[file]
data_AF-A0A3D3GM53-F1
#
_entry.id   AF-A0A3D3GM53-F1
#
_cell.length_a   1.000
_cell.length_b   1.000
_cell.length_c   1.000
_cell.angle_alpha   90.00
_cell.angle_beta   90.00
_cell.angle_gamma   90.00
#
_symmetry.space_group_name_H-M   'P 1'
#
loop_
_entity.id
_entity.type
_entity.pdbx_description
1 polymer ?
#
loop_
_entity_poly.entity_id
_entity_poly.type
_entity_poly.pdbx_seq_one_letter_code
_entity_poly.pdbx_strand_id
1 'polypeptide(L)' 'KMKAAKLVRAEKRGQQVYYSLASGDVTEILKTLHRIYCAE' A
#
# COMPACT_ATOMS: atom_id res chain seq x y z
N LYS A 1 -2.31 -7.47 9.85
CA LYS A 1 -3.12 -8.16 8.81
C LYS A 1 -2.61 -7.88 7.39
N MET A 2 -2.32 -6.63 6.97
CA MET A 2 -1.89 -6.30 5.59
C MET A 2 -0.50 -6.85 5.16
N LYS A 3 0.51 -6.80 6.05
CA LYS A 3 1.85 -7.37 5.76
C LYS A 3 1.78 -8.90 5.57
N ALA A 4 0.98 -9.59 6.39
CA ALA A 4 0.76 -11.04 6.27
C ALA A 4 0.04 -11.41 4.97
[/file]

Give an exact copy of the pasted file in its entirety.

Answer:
data_AF-A0A3D3GM53-F1
#
_entry.id   AF-A0A3D3GM53-F1
#
_cell.length_a   1.000
_cell.length_b   1.000
_cell.length_c   1.000
_cell.angle_alpha   90.00
_cell.angle_beta   90.00
_cell.angle_gamma   90.00
#
_symmetry.space_group_name_H-M   'P 1'
#
loop_
_entity.id
_entity.type
_entity.pdbx_description
1 polymer ?
#
loop_
_entity_poly.entity_id
_entity_poly.type
_entity_poly.pdbx_seq_one_letter_code
_entity_poly.pdbx_strand_id
1 'polypeptide(L)' 'KMKAAKLVRAEKRGQQVYYSLASGDVTEILKTLHRIYCAE' A
#
# COMPACT_ATOMS: atom_id res chain seq x y z
N LYS A 1 -2.31 -7.47 9.85
CA LYS A 1 -3.12 -8.16 8.81
C LYS A 1 -2.61 -7.88 7.39
N MET A 2 -2.32 -6.63 6.97
CA MET A 2 -1.89 -6.30 5.59
C MET A 2 -0.50 -6.85 5.16
N LYS A 3 0.51 -6.80 6.05
CA LYS A 3 1.85 -7.37 5.76
C LYS A 3 1.78 -8.90 5.57
N ALA A 4 0.98 -9.59 6.39
CA ALA A 4 0.76 -11.04 6.27
C ALA A 4 0.04 -11.41 4.97